Traditional Design Models: Tableware Study for theDivision.

It’s been a while since I posted anything in News & Views. I am pleased to say we have been extremely busy with some very interesting museum models. In general, 90% of my work is shrouded under a cloak of secrecy, very occasionally I can show a project.

New Work for theDivision
I am delighted to show these reference models of a new range of houseware for ‘theDivision’ design consultants. The models were created to demonstrate the exact form & finish expected of the final product.

Design Evaluation for theDivision.
Design Evaluation for theDivision.

I have worked with UK product designer David Tonge since 1992. At that time I was immersed in making concept GPS handsets, white goods & general consumer electronics.

David is a keen advocate of traditional model making as a serious tool for design evaluation.  Of all the designers I have worked with, only a handful truly understand that traditionally made models still represent the benchmark for 3D design evaluation.

The value of traditional model making is very much underplayed in this age of ‘rapid’ additive technologies, but I would argue that the skill is as relevant than ever. Having the knowledge & experience to select materials & processes most appropriate to each task, model makers are more able to produce models of consistent accuracy, form & finish. A significant number of our models have served as a reference for many years.  I know of models I made back in 1986 that still exist in the archives, but it was only when seeing models made by Le Corbusier on a visit to  MoMa in New York 4 years ago that the importance really hit me. Longevity is important, it reinforces evaluation & evolution, it serves to provide a clear reference point, & we learn from history right?

Form Finish & Materials
Traditionally made model demonstrating form finish & materials.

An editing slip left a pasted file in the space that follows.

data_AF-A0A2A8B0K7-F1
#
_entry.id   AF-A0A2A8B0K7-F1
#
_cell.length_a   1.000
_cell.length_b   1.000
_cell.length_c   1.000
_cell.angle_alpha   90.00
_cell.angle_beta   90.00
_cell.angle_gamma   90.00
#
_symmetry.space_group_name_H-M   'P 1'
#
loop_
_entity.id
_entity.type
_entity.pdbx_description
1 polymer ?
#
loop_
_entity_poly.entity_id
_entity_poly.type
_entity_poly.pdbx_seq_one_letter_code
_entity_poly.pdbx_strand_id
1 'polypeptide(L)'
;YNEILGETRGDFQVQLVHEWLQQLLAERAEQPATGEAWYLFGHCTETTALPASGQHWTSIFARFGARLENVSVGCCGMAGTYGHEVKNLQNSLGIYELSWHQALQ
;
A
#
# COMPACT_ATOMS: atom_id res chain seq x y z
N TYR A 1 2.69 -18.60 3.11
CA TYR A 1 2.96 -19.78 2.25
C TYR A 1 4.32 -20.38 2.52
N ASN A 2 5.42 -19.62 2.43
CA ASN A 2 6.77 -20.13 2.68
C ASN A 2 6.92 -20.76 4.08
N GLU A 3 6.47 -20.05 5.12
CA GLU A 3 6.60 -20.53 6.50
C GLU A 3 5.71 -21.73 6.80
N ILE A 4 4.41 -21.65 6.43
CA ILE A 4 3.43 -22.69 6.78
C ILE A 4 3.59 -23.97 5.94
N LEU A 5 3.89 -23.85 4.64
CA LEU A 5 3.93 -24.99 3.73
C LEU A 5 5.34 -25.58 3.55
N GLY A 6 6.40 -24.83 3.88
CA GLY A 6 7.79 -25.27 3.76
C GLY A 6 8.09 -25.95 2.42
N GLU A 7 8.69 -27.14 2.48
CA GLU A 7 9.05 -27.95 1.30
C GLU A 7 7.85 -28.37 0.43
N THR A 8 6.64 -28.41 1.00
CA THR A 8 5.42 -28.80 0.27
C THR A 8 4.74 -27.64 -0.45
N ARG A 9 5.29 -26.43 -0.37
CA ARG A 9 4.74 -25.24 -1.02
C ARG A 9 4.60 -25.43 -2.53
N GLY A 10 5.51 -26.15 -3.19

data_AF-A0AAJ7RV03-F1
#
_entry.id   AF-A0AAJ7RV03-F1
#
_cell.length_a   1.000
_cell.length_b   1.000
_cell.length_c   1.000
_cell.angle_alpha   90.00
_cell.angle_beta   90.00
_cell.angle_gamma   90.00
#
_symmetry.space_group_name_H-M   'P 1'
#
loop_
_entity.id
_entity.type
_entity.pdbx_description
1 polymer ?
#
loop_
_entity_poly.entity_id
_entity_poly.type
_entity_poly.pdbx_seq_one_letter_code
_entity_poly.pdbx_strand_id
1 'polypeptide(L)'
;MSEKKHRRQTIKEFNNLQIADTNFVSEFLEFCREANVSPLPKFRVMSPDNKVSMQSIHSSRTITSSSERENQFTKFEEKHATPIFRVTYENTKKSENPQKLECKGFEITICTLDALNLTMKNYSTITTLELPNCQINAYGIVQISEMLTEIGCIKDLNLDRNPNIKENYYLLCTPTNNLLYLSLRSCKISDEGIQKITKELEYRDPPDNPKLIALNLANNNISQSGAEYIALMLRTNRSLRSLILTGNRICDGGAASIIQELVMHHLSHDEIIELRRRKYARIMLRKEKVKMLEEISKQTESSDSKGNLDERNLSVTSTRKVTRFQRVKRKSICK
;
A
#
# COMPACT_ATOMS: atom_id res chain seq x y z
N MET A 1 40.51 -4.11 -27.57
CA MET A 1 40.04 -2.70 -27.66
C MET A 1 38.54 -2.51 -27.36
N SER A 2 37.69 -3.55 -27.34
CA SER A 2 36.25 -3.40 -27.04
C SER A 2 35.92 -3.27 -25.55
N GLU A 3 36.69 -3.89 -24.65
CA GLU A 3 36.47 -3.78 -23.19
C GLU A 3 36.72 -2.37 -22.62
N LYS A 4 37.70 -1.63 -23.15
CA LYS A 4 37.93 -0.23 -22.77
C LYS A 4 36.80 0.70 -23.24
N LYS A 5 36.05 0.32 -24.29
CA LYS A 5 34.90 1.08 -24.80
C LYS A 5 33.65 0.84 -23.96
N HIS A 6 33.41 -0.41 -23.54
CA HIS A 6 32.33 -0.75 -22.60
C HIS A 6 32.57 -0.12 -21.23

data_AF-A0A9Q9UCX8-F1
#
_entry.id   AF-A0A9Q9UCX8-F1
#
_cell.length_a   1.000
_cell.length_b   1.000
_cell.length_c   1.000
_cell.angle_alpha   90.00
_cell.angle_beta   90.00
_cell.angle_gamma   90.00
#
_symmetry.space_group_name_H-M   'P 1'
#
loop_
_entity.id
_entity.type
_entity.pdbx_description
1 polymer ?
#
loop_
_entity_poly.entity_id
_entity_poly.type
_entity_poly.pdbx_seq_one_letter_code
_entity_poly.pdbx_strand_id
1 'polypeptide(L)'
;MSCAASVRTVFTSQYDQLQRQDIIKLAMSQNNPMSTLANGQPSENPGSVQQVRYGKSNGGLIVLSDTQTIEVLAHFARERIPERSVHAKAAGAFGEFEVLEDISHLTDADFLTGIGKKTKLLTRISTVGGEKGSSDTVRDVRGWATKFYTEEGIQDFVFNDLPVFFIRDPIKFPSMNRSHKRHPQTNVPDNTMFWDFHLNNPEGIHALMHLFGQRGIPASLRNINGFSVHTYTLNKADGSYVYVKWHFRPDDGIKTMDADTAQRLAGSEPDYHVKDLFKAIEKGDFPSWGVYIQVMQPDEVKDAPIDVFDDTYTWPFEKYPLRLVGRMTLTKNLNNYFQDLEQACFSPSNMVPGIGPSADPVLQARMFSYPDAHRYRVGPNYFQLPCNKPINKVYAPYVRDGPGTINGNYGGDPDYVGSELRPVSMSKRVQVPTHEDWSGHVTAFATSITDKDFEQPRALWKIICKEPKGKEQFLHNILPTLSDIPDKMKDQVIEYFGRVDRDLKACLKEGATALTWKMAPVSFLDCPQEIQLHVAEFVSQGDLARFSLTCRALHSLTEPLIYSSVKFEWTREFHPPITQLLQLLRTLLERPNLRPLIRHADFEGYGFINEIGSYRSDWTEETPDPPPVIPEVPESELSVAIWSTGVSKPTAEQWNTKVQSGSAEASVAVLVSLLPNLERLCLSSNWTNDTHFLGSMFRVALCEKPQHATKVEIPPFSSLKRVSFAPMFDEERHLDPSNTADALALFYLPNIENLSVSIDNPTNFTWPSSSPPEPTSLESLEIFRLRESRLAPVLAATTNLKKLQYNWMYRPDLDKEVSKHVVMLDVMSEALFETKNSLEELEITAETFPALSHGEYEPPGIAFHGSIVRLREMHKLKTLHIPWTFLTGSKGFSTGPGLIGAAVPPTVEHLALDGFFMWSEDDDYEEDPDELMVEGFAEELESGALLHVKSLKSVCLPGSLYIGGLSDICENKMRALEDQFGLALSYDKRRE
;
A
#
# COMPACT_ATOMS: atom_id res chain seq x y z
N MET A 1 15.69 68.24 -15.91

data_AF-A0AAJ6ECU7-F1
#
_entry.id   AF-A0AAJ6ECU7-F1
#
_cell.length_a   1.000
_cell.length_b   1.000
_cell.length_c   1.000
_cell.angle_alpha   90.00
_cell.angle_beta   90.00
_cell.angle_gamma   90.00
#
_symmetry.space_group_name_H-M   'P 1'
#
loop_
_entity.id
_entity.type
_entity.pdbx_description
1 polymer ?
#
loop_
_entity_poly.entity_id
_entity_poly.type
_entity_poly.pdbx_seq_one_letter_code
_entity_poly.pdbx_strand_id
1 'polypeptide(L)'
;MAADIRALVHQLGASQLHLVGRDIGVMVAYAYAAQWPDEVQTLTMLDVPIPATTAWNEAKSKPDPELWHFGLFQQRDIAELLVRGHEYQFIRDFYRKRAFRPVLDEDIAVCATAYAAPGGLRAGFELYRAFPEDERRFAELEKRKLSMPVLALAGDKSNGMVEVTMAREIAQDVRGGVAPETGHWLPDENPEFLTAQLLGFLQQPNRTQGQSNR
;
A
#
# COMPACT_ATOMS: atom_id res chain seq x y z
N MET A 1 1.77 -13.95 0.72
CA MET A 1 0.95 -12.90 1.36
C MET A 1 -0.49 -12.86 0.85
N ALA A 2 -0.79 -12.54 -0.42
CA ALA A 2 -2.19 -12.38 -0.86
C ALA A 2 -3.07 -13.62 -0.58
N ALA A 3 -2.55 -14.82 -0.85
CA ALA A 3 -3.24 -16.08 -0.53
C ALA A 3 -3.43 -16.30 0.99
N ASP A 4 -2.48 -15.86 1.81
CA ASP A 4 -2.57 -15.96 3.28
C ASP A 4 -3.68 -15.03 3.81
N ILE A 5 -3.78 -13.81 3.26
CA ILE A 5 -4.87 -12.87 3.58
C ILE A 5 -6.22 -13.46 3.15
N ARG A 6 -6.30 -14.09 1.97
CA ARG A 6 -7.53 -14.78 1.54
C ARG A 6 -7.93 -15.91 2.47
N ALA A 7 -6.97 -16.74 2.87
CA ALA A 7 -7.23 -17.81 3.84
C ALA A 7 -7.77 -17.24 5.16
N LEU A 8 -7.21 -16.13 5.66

The Value of Traditional Skills in Design.

I am fascinated that the automotive industry still predominantly use clay modelling for their concept work. There are very real reasons for this but in my view, the major reason is having a ‘hands on’  understanding of the form and developing the subtleties on the fly. Ultimately, physical human interaction through every stage of design development generates emotional responses. Whether negative, positive or indifferent, understanding what triggers them throughout the process is an important function of good design. Form, texture, ergonomics detail & materials are such important elements that it is vital they are appreciated at all stages. Reference models put everything in context.

Machined & Finished High Density Epoxy. Oiled English Oak, Polished and Satin Stainless Steel.
Reference models machined & finished in high-density ceramic epoxy, oiled English Oak, polished & satin Stainless Steel.

The need for Model Makers to be Masters of all trades.

Reference models such as these, require mastery of a number of key skills. Every project requires mastery of different skills. In this case, precision metalwork, woodwork, CNC machining & finishing to perfection. An eye for form, how the light picks up on details & have those details been executed with sensitivity. I hope you agree we have hit the target?

CNC Machined model in authentic materials